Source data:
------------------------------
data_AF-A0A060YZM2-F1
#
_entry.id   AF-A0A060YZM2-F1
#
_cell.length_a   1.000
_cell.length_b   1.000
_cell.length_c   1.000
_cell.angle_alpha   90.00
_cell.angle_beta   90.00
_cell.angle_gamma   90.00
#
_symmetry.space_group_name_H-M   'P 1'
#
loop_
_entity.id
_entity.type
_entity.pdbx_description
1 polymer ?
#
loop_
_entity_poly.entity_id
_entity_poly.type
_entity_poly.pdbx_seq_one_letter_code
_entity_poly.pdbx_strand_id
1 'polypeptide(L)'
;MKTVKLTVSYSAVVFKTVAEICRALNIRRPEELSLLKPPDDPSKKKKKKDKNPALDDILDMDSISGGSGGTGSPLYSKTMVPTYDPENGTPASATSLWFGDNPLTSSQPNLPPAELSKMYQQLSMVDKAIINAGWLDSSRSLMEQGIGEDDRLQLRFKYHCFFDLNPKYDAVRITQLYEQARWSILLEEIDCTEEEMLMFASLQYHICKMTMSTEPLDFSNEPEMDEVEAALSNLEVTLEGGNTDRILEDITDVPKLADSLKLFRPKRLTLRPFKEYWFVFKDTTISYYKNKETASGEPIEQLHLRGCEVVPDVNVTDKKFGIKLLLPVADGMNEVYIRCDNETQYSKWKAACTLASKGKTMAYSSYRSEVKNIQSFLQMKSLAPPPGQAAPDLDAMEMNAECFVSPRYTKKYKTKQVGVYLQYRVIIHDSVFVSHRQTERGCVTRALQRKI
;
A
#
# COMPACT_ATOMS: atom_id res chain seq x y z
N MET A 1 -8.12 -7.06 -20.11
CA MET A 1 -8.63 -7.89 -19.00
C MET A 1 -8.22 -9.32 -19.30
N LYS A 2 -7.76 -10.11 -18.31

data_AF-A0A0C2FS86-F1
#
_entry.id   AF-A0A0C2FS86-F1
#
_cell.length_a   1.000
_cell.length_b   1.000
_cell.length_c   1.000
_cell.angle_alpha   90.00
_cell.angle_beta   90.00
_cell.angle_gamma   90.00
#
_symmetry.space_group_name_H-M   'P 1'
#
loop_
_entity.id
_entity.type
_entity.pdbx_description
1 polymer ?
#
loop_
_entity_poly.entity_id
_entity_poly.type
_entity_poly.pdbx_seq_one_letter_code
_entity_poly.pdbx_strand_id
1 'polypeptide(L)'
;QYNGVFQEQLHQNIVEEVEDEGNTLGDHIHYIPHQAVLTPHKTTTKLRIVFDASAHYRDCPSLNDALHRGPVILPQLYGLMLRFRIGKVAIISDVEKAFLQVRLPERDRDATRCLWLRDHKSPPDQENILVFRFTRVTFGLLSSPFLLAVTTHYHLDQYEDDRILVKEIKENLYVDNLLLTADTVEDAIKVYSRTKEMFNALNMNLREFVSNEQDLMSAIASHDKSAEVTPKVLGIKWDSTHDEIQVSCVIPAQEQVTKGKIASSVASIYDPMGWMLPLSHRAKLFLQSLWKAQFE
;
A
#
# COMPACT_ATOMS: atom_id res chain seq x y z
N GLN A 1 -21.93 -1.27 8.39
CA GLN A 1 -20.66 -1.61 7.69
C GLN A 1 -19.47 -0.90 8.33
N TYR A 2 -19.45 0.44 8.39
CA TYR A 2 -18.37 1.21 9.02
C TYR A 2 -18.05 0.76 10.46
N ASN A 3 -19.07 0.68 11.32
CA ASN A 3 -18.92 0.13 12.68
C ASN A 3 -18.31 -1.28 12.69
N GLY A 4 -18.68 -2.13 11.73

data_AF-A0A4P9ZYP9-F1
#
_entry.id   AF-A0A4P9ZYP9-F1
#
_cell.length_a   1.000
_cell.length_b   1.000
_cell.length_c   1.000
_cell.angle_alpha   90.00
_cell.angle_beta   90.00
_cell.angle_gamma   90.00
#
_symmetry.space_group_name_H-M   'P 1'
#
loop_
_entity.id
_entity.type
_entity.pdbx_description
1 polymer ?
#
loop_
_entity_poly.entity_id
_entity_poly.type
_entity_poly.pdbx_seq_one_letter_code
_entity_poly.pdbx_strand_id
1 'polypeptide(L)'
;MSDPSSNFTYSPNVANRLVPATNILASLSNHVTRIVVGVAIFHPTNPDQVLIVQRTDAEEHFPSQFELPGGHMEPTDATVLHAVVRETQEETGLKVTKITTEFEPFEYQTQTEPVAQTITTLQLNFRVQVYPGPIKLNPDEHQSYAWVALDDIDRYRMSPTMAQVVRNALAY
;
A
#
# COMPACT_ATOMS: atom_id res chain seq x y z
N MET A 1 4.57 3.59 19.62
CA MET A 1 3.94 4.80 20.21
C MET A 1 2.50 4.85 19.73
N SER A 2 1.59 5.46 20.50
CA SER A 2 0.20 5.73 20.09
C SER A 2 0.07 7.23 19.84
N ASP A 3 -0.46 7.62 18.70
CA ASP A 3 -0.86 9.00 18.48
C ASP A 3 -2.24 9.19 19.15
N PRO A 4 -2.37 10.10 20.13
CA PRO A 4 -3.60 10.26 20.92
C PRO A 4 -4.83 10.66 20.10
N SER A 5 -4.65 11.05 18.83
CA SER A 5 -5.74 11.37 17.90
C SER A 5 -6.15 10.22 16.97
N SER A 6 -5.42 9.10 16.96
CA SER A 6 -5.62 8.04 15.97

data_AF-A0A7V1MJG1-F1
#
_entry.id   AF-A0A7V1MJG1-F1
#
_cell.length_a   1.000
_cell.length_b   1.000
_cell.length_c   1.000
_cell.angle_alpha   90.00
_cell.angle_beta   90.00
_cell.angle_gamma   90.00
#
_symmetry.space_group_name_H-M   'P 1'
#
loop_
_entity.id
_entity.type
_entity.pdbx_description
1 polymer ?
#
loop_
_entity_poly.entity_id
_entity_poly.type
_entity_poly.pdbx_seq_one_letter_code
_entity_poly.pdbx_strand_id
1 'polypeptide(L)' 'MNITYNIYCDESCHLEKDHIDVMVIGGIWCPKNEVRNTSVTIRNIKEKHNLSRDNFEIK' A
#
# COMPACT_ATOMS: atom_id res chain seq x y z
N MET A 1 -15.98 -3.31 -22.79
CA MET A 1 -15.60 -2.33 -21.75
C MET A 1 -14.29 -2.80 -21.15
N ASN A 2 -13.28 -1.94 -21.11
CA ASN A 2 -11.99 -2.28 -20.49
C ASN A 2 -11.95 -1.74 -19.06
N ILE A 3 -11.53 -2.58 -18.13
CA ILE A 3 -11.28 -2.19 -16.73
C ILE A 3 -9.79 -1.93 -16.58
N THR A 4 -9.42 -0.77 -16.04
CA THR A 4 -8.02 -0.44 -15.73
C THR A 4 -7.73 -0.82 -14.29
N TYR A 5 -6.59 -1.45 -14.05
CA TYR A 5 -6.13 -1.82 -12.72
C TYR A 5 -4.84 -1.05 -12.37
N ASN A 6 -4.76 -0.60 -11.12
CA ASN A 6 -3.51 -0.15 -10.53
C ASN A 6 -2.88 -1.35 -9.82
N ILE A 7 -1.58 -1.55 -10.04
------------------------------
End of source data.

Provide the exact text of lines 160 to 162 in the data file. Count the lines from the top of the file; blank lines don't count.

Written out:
C THR A 4 -7.73 -0.82 -14.29
N TYR A 5 -6.59 -1.45 -14.05
CA TYR A 5 -6.13 -1.82 -12.72